Over 30 (!) years ago the Rider Waite was the only deck I'd ever seen and thus it was the deck I bought.

I had nothing to compare it to, initially...then I saw images of the Aquarian deck and bought that and the Thoth ....the beginning of a modest collection.

I continue to love my RWS. I think I once compared it to a relationship; I've had an enduring and positive relationship with this deck, above all others. I always return to it.

I have spent many intense years with the Thoth, an entirely different animal, but never really abandoned the RWS.

I appreciate Pamela Colman Smith's drawings; I don't find them ugly or amateurish; I find them representative of a particular time (& that carries an element of authenticity itself) and lend themselves to numerous subjective interpretations.

If I am reading for someone & it is to be more of a shared experience, rather than the querant sitting passively, I'll invariably use a RWS. I've found that anyone can interpret the cards this way.

They continue to surprise me too; odd details I'd not noticed or reading other peoples' interpretations.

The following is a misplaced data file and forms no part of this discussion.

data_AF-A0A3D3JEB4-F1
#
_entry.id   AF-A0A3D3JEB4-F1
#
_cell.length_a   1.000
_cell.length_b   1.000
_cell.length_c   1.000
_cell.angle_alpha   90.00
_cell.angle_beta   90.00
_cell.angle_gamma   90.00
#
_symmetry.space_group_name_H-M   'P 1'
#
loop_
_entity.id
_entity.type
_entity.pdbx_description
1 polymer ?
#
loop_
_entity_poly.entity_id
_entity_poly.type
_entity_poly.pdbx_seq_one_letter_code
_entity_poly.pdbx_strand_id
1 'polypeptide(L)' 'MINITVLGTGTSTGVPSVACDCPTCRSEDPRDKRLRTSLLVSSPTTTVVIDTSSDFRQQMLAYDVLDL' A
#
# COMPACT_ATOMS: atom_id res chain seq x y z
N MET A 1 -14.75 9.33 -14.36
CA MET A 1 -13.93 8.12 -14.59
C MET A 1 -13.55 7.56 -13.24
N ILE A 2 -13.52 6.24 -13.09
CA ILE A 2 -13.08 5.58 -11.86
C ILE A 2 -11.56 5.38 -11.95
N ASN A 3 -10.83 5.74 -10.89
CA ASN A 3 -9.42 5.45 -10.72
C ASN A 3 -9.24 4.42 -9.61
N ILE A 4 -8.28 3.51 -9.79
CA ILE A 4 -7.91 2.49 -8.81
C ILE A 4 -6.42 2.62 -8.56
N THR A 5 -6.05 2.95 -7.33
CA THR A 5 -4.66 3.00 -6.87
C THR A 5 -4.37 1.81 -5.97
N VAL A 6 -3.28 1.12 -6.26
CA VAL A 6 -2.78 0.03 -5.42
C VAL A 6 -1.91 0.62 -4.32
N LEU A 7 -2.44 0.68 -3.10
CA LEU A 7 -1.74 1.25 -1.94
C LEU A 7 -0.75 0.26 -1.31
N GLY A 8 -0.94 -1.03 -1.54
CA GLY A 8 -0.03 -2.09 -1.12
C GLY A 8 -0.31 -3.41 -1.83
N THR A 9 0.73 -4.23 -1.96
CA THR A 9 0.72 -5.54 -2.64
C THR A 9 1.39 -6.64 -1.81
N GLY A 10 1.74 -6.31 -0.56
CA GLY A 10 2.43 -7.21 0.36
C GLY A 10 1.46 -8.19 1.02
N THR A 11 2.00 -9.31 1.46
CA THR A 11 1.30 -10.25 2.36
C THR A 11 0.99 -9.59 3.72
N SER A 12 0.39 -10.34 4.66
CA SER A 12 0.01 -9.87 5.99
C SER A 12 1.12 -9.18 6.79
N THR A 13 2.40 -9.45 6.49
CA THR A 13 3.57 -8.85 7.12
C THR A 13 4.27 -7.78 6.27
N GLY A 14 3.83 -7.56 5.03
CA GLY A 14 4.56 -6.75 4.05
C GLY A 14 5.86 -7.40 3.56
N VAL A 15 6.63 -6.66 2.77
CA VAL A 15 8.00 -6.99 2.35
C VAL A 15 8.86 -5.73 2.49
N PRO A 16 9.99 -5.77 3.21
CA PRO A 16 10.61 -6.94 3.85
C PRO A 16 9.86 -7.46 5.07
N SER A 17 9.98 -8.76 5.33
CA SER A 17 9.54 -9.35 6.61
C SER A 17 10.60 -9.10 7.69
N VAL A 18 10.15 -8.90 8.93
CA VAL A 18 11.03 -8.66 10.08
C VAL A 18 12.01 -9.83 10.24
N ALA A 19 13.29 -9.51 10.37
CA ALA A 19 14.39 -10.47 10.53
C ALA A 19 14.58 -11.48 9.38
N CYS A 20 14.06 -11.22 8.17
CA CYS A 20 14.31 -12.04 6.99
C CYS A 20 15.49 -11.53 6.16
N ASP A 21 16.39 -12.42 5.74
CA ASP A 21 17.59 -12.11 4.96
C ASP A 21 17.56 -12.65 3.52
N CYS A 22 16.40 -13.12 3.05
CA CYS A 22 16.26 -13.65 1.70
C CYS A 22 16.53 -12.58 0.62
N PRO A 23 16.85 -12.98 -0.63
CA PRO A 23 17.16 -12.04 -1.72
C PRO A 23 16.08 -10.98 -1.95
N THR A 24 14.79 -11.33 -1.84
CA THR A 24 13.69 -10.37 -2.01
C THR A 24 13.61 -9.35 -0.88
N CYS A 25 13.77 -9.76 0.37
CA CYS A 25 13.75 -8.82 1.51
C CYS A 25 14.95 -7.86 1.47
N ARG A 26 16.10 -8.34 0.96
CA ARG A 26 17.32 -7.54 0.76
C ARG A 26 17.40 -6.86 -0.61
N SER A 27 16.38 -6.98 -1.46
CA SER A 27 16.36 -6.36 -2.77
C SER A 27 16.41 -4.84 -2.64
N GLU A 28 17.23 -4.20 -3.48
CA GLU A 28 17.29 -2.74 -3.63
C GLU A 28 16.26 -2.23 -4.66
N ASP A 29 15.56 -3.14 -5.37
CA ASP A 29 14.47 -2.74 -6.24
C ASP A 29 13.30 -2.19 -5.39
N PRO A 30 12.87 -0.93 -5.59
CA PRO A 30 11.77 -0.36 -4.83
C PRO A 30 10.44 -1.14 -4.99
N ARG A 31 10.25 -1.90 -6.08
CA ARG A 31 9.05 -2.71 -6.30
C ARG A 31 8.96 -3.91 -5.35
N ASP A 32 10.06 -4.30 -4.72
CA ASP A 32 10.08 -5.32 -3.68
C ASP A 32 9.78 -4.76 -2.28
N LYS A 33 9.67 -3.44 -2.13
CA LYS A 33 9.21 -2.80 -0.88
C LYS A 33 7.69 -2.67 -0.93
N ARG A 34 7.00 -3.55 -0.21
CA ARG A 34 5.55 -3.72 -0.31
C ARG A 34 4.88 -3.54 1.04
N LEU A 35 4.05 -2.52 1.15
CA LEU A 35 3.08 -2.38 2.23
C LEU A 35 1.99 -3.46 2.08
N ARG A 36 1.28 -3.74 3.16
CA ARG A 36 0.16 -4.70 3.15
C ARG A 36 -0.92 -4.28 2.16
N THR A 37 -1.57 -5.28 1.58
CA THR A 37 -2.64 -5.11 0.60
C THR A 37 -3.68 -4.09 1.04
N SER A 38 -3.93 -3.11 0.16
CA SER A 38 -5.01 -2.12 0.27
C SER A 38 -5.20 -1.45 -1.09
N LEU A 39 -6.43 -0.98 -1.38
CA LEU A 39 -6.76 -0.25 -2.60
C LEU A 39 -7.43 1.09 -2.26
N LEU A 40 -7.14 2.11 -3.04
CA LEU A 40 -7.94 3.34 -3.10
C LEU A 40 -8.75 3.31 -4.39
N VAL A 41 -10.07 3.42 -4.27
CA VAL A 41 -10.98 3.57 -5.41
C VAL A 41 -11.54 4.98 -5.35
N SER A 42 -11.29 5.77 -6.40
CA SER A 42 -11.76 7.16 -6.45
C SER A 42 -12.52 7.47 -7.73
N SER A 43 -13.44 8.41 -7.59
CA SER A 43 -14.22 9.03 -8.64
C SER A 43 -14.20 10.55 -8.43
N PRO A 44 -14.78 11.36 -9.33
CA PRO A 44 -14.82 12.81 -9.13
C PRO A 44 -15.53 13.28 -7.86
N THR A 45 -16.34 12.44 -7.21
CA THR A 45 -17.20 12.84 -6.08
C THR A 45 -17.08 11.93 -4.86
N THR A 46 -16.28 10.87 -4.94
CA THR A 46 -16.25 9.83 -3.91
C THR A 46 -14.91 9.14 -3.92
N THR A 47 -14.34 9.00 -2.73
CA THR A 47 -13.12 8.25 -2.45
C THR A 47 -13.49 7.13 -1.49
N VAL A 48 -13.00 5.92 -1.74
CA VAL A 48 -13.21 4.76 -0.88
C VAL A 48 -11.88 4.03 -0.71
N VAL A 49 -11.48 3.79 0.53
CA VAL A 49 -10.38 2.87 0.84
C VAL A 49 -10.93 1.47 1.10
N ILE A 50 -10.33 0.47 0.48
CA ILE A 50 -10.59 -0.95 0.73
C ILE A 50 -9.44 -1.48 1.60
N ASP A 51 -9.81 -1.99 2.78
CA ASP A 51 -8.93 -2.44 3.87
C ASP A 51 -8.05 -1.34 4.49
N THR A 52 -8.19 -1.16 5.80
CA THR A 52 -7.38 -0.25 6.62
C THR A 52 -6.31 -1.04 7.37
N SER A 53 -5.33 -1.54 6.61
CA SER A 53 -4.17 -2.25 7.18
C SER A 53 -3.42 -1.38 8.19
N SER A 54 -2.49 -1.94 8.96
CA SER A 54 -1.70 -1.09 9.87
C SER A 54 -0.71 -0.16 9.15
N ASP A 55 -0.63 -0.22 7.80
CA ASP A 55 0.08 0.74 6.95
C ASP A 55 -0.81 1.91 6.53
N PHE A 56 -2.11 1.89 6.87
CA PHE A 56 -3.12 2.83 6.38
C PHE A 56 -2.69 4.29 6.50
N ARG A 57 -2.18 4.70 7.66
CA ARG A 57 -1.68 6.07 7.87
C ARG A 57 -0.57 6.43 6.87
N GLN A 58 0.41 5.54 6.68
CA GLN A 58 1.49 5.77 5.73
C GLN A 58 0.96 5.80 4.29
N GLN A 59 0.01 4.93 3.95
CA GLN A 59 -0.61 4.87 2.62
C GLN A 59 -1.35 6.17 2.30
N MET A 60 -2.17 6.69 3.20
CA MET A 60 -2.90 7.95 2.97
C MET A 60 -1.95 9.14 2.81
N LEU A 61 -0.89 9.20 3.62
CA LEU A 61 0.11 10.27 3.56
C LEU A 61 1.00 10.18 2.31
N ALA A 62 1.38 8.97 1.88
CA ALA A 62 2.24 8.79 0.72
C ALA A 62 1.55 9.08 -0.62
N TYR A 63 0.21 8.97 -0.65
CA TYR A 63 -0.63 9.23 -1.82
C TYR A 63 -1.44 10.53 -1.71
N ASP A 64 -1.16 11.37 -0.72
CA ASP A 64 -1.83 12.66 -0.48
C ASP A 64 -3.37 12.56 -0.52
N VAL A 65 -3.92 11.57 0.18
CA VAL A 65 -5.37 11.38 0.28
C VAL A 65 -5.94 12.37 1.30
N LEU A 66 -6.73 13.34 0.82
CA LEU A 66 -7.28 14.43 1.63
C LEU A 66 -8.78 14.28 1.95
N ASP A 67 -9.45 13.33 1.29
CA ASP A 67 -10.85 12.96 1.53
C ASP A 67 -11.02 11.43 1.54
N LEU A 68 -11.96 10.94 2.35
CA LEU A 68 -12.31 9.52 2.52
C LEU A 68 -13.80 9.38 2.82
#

I love my deck! I always have some version of it to hand; we're inseperable ;)


When I started in tarot, this was the only deck available (as far as I know, I didn't do an extensive search and didn't know about esoteric bookstores, heck I was 21 and out in the world for the first time from a very sheltered life). At the same time I bought the Pictorial Key to the Tarot and worked intensively with both. I suspect for those two reasons (no other deck to compare and having spent a long time with the PKT) that I like and admire the deck so much.

Her illustrative style doesn't bother me, in fact I like it and as with other posters above, actually prefer the yellow box version, probably because I am so familiar with it.